Technical Paper Archive


This site contains all papers presented at Rubber Division, ACS Technical Meetings from 2000-2018. Meetings prior to 2000 are incomplete and papers are added as they are digitized.


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DETERMINING FLUOROELASTOMER CONTENT OF RUBBERS USING THERMAL DEGRADATION AND SPECTROSCOPIC METHODS OF ANALYSIS

104

Event: 182nd Technical Meeting
Location: Cincinnati, OH
Date: October 09, 2012
Author: D. M. Tucker *, R. A. Webb, A. G. Olsen and Yan Fayman
Paper Number: 104

Price: $20.00

  • Thermo Gravimetric Analysis (TGA) is commonly used to determine the volatile, polymeric and filler components of rubber materials. Tests conducted with various copolymers, terpolymers and base resistant polymers under nitrogen purge showed that polymer degradation was complete by 6000C. However, when such polymers were incorporated into a typical rubber matrix a thermally resistant residue was seen to form at 600 9C. This resulted in under determination of the elastomer content as well as inaccuracies in filler determination.
    Given the multivariate complexity of the rubber compound it was decided to first investigate the thermal degradation phenomenon using a (simple) mixture of polymer based on Vinylidene fluoride/Hexafluoropropylene, N990 and (< 1 wt %) carnauba wax. The error associated with polymer determination was 2.0 wt. %. Using a design of experiment methodology the effects of metal oxides /hydroxides that are commonly used in FKM rubbers were investigated. The error increased to 4 wt.% in the individual and combined presence of MgO and Ca(OH)2. Fe2O3 and ZnO were seen to have marginal effects (1.0 wt.%). The effect of TiO2 was most dramatic. At 3.0 wt. % TiO2 the fluoroelastomer content was underestimated by 16.0 wt.%. TiO2 caused a lowering of the degradation onset temperature and this effect increased with increases in concentration.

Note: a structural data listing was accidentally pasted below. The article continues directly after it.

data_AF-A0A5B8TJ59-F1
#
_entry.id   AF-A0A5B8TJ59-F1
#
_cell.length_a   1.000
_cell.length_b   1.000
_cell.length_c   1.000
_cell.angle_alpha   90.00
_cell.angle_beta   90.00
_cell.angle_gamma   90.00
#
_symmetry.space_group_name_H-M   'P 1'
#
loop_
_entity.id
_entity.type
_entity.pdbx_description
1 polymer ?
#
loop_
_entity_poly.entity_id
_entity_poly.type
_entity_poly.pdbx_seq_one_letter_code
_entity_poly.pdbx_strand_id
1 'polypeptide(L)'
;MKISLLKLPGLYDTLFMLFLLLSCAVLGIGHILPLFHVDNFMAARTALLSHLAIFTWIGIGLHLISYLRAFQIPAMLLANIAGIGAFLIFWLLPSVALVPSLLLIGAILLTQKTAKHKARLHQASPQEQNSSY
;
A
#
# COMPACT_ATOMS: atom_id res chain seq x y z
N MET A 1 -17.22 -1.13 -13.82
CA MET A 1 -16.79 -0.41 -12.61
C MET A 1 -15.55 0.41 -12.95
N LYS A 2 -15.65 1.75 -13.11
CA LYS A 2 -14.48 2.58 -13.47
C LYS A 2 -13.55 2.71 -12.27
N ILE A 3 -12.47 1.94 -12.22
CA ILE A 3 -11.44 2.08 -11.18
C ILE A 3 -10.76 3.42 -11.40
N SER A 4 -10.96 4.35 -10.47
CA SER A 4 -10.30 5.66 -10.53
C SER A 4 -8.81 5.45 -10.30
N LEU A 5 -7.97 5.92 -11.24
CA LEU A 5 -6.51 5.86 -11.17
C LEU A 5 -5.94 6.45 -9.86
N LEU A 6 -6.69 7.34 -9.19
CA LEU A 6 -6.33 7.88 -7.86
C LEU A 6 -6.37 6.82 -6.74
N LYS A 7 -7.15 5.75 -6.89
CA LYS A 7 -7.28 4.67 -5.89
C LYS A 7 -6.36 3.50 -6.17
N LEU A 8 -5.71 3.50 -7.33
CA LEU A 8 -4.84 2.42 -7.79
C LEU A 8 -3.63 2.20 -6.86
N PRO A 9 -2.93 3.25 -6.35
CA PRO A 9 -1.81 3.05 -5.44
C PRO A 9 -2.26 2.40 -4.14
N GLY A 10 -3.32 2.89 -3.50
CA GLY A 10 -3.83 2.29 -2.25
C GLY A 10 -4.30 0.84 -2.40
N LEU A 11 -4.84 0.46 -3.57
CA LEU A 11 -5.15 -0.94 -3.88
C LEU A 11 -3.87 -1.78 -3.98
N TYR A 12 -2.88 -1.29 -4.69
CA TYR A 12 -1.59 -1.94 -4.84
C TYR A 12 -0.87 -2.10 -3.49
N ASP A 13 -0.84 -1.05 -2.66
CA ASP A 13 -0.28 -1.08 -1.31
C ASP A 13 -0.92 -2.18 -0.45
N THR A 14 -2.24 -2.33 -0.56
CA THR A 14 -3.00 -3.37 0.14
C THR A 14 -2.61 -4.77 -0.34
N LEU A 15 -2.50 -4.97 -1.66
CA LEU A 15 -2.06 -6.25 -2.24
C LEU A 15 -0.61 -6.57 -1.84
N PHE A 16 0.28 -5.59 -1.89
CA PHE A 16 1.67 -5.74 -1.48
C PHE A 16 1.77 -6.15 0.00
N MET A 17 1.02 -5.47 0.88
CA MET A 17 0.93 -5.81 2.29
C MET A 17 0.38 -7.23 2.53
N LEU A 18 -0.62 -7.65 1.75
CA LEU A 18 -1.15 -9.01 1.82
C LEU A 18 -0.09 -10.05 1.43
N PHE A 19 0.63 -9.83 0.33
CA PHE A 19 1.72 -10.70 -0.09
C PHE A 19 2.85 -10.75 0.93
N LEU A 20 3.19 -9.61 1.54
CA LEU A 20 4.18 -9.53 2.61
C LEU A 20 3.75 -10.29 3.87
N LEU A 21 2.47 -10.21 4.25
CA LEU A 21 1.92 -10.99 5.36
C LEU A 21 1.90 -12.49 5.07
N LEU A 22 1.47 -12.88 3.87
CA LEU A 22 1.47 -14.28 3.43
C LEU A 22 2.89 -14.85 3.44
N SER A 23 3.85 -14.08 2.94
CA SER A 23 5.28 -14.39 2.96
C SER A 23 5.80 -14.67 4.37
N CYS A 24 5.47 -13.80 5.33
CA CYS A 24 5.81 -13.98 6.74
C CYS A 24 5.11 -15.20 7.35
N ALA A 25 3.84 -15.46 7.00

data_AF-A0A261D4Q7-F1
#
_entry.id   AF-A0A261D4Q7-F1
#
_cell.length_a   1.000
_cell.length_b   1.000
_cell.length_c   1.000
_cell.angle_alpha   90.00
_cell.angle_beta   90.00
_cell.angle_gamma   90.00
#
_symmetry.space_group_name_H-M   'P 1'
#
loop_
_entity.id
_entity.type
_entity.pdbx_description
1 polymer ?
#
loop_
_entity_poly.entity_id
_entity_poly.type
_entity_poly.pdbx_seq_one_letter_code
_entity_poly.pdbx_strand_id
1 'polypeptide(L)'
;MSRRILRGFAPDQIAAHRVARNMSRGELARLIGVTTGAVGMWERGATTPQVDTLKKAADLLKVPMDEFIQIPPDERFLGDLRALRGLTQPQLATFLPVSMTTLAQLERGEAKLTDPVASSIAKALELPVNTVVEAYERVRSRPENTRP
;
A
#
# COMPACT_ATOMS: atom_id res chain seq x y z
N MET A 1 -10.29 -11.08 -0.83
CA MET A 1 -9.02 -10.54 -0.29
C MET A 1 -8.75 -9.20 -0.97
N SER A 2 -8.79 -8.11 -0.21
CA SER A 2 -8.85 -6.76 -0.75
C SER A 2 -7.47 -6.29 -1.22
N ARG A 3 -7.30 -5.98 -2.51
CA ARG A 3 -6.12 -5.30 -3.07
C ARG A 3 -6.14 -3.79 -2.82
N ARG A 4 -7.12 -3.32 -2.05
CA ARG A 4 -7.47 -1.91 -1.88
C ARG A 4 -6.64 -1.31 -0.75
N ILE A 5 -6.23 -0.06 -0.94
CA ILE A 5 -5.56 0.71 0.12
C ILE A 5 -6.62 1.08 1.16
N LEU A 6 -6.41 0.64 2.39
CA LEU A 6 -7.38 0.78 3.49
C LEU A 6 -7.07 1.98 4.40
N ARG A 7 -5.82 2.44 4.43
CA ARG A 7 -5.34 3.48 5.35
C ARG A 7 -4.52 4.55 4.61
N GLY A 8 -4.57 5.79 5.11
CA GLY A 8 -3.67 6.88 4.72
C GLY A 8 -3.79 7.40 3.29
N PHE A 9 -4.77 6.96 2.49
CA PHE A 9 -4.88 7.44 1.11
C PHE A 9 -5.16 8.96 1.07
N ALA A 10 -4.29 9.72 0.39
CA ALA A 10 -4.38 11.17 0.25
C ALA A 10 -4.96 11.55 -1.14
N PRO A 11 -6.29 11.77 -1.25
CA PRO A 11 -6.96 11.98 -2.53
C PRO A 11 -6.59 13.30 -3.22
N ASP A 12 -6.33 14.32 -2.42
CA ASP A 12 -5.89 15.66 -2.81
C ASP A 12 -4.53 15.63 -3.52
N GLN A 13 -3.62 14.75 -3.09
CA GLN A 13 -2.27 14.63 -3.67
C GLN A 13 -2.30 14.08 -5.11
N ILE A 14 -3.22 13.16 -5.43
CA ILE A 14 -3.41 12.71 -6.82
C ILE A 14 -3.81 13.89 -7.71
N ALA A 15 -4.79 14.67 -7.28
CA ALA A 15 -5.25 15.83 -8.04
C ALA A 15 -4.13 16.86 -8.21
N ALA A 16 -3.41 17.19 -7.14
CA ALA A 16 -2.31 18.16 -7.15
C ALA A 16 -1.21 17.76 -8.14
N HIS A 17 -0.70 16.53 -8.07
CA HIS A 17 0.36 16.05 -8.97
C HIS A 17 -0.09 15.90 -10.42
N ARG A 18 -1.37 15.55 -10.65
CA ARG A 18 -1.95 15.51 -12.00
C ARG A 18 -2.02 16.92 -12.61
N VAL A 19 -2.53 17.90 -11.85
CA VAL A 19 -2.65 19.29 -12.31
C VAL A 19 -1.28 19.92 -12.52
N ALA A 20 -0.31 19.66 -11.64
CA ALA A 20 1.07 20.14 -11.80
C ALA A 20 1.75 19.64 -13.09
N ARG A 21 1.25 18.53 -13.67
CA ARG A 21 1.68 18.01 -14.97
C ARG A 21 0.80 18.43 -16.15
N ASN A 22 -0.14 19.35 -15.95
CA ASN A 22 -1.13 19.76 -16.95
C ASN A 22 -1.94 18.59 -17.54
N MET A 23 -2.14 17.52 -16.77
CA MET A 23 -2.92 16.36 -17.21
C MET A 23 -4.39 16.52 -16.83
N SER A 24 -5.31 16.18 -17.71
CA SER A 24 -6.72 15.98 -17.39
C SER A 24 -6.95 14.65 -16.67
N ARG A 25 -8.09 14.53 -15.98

The investigations established that non isothermal oxidizing conditions (air purge) can be used to eliminate or significantly minimize the formation of residual fluoro organics. For the materials tested the temperature requirements did not significantly overlap with temperature requirements for carbon black oxidation, hence it was possible to determine polymer and filler component from a single test. This technique did not work for materials containing Fe2O3, In this case the better condition was to increase test temperatures to over 9000C in nitrogen. Generally an initial analysis of the rubber via FTIR and WDXRF were useful for determining test conditions for thermal analysis.

    A combination of FTIR, XPS and modulated TGA were used to understand the mechanism(s) that affect the thermal degradation of polymer mixtures containing TiO2.

    Papers from 182nd Technical Meeting

    Items from 182nd Technical Meeting